Last week, World Jewish Congress President Ronald Lauder released a series of statements confirming that he had encouraged U.S. President Donald Trump to recognize that peace between Israelis and Palestinians was now attainable. He also stressed that he considers PA President Mahmoud Abbas to be a moderate committed to peace.
Implicit in his narrative is that the Israeli government and especially Prime Minister Benjamin Netanyahu had previously been insufficiently flexible but that Trump could succeed in his efforts.
We have just celebrated Independence Day and are approaching commemoration of the 50th anniversary of the Six-Day War and reunification of Jerusalem. The country is in great shape; the economy is booming and we have emerged as a formidable military power.
With a U.S. administration that pulls no punches about its support and alliance with us, Israel is well-placed to achieve many of its long-term strategic goals, including resolution of borders, agreed parameters of settlement activity and ultimately, formal annexation of the major settlement blocs and Golan Heights.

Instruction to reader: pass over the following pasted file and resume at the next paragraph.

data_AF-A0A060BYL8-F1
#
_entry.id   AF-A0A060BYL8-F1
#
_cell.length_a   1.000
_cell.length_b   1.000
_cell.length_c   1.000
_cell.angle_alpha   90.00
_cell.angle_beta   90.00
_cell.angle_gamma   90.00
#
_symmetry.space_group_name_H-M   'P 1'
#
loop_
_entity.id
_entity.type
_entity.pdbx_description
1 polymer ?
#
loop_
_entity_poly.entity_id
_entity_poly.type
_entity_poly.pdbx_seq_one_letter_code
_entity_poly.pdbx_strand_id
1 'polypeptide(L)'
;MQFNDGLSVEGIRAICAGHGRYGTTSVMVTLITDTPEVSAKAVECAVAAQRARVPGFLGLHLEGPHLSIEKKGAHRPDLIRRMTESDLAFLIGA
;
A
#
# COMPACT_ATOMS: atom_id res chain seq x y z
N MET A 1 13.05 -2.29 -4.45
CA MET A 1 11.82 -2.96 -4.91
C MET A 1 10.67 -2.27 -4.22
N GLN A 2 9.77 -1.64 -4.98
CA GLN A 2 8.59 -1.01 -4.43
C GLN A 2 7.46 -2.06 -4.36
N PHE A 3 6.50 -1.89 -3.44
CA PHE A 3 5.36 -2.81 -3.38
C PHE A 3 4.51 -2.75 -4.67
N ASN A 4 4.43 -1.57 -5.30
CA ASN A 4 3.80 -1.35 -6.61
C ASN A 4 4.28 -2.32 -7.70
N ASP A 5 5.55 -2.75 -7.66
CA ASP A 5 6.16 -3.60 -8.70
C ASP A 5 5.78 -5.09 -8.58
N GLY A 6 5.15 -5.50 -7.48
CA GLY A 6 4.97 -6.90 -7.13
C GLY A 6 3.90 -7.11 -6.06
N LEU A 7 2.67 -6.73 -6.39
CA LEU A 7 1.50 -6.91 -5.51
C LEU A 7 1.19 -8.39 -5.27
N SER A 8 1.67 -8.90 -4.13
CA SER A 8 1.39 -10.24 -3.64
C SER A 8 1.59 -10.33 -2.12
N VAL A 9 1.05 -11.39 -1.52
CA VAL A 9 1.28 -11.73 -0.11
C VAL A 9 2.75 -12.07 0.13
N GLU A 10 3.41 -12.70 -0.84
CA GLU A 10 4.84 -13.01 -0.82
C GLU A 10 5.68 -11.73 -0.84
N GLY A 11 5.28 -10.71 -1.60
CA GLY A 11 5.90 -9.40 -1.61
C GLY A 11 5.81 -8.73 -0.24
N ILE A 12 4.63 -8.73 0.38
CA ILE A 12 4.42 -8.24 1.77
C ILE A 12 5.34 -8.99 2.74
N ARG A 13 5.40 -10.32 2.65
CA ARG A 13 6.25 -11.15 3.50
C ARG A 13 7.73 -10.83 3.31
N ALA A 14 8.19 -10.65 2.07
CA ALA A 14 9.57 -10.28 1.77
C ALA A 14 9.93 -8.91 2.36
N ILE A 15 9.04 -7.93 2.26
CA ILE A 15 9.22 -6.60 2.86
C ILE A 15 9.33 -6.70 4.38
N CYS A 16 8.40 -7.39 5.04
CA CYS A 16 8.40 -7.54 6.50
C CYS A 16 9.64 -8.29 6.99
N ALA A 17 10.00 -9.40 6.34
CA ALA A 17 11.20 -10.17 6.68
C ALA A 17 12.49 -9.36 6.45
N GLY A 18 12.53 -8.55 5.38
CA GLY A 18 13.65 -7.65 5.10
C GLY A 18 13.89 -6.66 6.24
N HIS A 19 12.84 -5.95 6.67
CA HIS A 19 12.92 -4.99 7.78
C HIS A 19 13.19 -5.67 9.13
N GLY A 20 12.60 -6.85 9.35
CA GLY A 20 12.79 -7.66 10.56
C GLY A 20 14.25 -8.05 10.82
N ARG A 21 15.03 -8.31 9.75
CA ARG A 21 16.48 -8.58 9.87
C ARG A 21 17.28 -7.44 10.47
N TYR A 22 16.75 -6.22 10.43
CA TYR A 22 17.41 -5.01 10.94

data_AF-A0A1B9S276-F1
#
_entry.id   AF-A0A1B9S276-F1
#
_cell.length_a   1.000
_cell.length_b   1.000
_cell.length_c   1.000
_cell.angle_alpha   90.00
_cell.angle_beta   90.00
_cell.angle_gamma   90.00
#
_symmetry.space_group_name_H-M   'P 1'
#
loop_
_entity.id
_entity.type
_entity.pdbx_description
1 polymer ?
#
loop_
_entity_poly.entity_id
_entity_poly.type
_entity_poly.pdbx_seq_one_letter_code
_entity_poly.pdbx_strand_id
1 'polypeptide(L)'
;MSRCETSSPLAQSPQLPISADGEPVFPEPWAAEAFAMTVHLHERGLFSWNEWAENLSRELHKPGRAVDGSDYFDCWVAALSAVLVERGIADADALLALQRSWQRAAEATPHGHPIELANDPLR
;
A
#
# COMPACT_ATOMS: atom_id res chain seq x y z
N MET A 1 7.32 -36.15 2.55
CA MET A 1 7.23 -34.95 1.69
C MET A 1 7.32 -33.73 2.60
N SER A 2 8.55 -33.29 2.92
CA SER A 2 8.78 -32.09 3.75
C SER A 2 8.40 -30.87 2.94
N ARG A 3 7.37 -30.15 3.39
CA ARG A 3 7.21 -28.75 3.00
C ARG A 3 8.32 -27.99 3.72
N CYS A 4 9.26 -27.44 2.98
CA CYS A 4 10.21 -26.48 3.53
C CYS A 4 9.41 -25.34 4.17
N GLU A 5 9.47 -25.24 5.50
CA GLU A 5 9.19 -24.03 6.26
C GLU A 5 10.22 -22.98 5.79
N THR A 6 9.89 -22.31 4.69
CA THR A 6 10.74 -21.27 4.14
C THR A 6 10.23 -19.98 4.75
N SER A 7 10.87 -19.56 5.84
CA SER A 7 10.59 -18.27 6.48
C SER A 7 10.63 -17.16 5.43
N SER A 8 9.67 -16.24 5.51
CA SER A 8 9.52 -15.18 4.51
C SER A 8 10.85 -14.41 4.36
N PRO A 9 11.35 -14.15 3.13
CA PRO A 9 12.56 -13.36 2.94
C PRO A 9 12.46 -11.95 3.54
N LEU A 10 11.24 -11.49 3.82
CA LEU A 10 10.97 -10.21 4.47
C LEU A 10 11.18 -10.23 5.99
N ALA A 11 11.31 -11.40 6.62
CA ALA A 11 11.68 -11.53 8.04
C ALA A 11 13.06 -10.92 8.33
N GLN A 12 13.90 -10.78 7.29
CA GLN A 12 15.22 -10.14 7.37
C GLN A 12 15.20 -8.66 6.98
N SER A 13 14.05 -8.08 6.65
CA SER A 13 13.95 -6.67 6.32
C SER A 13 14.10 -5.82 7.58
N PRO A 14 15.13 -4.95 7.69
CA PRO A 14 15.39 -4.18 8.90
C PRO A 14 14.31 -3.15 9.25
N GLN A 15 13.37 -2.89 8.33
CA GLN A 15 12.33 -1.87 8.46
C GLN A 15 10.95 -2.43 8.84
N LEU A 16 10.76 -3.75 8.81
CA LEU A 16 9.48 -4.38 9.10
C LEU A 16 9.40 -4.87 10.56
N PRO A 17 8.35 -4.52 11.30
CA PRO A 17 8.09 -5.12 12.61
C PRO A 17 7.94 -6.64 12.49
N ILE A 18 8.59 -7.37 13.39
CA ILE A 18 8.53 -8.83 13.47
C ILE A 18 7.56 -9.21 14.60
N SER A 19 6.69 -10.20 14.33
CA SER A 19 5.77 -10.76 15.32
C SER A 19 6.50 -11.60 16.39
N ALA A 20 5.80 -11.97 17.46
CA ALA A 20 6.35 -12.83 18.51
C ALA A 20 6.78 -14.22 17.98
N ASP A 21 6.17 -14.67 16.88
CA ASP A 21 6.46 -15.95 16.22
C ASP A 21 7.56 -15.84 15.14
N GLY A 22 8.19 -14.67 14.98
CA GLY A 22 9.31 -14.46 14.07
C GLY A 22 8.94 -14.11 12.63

But these require skillful diplomacy and sensitivity to Trump’s belief that he can negotiate a peace settlement with Abbas even though his predecessors have failed.
What has recently transpired among American Jews is somewhat surreal. Leaders of the progressive religious denominations are behaving as though possessed by a dybbuk.
But the situation has now become far more disconcerting. Lauder, who over the years has conducted private meetings with Abbas, is seeking to persuade Trump, with whom he has enjoyed a close relationship for many years, that Abbas is sincere and genuinely willing to make peace.
by Isi Leibler